But now it seems the Skype client software may also be flawed, as the experts over at Secure Science have revealed the system can be used as an advanced phishing platform.
In a process known as `SkypeSkrayping', Secure Science says that users are being contacted - ostensibly by Skype HQ - via instant messaging, and offered a free $25.00 credit if they visit a site.
Of course, the site is a frame or image-infected one and - quelle surprise - the Skype user ends up being infected in response to the link in the instant message.
The bad news is that, once infected, it seems the fraudsters can gain remote access to the users' Skype account and add extra facilities which can then used by the remote user or, perhaps worse, used to phish for other victims and so tarnish the phished users' reputation.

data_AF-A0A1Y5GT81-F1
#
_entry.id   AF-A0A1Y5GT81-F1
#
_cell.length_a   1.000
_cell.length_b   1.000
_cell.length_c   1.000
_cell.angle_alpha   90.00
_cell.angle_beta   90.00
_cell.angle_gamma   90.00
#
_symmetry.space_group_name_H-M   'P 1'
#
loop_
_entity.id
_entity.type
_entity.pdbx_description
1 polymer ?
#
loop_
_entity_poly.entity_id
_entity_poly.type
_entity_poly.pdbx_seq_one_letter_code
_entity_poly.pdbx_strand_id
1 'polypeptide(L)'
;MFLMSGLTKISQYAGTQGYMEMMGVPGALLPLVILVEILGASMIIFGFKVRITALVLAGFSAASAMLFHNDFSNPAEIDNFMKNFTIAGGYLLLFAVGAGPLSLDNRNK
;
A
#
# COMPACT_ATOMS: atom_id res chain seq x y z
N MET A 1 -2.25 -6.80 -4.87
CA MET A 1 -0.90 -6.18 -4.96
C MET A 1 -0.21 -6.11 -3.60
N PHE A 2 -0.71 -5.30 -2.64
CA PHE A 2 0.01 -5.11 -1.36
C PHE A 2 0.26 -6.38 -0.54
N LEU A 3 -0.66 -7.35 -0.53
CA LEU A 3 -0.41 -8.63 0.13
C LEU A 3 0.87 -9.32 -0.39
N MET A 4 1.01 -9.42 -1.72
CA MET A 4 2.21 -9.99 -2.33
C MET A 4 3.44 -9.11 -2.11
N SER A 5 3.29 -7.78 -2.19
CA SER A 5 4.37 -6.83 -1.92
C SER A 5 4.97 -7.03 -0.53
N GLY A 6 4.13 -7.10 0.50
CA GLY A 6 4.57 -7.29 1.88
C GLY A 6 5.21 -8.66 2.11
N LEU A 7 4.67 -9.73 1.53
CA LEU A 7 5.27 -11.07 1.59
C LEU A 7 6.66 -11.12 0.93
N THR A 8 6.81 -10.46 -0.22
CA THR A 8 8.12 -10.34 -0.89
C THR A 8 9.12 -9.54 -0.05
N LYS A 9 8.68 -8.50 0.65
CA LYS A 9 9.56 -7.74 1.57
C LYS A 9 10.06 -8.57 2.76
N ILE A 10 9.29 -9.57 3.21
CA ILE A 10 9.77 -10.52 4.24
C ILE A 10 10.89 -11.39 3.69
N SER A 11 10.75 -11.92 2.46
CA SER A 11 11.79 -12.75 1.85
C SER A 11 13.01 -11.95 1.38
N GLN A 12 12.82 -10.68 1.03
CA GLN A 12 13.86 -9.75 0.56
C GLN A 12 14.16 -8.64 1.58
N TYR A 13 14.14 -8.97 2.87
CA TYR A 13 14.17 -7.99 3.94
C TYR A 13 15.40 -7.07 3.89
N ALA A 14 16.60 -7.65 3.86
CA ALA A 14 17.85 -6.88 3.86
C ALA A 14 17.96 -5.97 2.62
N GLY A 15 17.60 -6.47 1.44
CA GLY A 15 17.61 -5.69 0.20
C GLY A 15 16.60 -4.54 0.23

Interestingly, Secure Science says that the phisher can also gain access to the phishee's outbound telephony calling facility.
This could be used, Infosecurity notes, to make free (to the fraudster) international phone calls via so-called spoof Caller ID services, which are normally charged a premium, and perform other scams as a result.
The good news is that Skype says it is aware of this client software flaw and is working on an update.